A recently finished commission was for an ‘opium’ bed. The client was looking for something more aesthetically pleasing than a ‘overstuffed couch’ for the living room and was interested in a Chinese influenced day bed. I started with a copy of Chinese Household Furniture by George N.Kates that I had and used some of its illustrations and descriptions to help draw up a design. The term ‘wooden K’ang‘ is used when describing a day bed or couch.
K’ang is a raised platform in a house, ‘the center of the life of the household’. This style of interior also spread to Japan and developed to become not just an isolated platform but ‘all K’ang‘. In the colder areas of China they were commonly made of brick, had flues and a chimney and were heated with a wood fire in winter. Furniture used on this platform was constructed for people who would be sitting on cushions on the floor and is therefore of much lower height than Western furniture, a table for example being 11.25 inches high.
In the south of China less permanent platforms were used and these are the ‘wooden K’angs’. Their design and use reflecting a continuity with the tradition of the platforms with their low height and heaviness in the legs, these often ending in a design element called ‘horse hoof’ (ma-t’i).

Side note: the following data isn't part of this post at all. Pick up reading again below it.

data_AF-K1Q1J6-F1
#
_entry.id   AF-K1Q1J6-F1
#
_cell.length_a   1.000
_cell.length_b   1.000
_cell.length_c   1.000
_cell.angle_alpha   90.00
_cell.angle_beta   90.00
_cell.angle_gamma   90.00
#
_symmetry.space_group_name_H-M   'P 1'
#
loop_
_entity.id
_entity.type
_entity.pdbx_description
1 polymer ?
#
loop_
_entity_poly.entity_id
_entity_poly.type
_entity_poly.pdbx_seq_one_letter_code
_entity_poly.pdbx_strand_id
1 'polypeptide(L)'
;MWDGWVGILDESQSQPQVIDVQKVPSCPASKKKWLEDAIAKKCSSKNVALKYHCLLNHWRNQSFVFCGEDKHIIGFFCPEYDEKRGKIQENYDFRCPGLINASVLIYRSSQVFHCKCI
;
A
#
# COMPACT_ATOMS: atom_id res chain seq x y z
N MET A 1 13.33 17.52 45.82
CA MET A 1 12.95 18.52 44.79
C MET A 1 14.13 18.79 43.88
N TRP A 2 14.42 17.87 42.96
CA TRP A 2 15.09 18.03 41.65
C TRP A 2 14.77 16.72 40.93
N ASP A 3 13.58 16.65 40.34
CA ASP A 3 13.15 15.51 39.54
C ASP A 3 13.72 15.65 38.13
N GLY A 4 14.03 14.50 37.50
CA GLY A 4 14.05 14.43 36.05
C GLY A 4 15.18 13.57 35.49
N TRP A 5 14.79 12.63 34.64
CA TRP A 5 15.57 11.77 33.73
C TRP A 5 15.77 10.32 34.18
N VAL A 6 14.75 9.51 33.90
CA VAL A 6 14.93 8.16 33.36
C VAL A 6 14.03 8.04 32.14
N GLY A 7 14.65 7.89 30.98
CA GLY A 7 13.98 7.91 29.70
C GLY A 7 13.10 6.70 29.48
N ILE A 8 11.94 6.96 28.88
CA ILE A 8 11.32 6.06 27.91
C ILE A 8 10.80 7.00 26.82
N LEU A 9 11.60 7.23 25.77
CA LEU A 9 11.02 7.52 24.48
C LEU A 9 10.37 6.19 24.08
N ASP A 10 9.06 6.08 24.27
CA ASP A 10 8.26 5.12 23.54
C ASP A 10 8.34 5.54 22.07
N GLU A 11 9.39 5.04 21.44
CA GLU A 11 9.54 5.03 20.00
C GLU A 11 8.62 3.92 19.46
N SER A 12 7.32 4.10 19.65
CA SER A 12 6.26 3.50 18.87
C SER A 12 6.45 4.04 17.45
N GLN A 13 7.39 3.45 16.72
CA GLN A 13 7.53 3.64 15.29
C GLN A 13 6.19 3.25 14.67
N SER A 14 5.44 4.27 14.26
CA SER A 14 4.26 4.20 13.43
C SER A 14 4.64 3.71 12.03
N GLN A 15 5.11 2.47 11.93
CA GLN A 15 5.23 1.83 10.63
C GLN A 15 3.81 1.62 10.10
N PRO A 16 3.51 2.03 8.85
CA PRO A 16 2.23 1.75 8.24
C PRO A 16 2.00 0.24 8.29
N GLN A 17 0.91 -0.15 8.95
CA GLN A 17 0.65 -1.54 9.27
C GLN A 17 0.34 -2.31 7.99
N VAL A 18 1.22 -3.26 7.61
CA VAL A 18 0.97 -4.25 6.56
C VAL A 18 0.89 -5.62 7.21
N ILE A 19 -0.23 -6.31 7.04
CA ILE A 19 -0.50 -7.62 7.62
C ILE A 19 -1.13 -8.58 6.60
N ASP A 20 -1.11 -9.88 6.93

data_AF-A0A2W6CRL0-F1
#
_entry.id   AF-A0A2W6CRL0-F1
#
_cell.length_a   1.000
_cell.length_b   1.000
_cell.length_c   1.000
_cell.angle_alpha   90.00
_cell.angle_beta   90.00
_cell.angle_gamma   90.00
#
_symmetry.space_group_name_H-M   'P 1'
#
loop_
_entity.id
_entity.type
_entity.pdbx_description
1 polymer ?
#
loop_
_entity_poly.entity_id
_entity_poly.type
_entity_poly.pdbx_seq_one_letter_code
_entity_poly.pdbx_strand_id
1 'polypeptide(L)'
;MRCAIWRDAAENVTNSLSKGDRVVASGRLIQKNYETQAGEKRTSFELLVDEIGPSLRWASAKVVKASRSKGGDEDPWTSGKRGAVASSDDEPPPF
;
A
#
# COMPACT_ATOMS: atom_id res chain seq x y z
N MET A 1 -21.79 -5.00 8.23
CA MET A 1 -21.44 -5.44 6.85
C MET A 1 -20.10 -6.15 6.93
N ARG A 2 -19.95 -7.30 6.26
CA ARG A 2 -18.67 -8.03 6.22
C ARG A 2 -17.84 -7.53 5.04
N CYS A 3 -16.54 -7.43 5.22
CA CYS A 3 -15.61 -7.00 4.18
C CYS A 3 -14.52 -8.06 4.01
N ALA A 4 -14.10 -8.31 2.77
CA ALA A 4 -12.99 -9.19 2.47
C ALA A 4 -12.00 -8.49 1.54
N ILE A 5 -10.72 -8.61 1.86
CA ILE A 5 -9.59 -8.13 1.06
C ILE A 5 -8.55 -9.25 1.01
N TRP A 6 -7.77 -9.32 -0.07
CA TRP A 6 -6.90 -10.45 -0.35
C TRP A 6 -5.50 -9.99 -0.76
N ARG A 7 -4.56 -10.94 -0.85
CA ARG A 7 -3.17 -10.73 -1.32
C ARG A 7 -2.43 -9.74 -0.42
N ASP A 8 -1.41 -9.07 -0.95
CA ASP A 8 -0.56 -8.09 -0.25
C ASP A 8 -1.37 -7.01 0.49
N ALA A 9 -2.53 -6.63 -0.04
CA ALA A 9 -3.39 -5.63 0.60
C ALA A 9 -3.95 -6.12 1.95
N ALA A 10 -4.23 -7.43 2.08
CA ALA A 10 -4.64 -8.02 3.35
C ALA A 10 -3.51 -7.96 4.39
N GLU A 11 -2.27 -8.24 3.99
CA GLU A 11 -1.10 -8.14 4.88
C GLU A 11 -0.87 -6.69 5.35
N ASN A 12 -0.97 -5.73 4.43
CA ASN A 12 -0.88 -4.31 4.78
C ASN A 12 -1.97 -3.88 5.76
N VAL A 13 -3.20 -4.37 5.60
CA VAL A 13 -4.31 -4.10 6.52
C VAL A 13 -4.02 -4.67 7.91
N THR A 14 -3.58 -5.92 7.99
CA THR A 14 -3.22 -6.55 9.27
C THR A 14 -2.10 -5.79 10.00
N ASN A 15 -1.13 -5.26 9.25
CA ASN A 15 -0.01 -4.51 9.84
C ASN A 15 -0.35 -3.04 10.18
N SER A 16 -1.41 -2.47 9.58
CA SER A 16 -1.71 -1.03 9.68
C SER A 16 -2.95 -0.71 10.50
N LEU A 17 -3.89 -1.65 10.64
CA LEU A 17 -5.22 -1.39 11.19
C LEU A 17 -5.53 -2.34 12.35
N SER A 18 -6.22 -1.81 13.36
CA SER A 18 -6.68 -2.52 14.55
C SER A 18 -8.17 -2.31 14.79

I used some of these ideas to create the legs, with the hoof becoming more like an Ox’s, splaying and turning inwards and matching the heaviness of the frame. The cross frame has a ‘raising clouds’ stepped cutout, the legs continue into the back which curves up into a small filial. The reclaimed Fir was salvaged from the Fairey Technology building at Victoria High school which opened in 1949 and was demolished in 2012. With the finish I wanted to create a sense of antique Rosewood; I first applied potassium permanganate which gives an effective aged look and then used a very red water based cherry stain and then more permanganate and a water based black stain to darken it all down. Sealed with Polymerized Tung oil, dimensions; height 30″ width 38″ length 82″.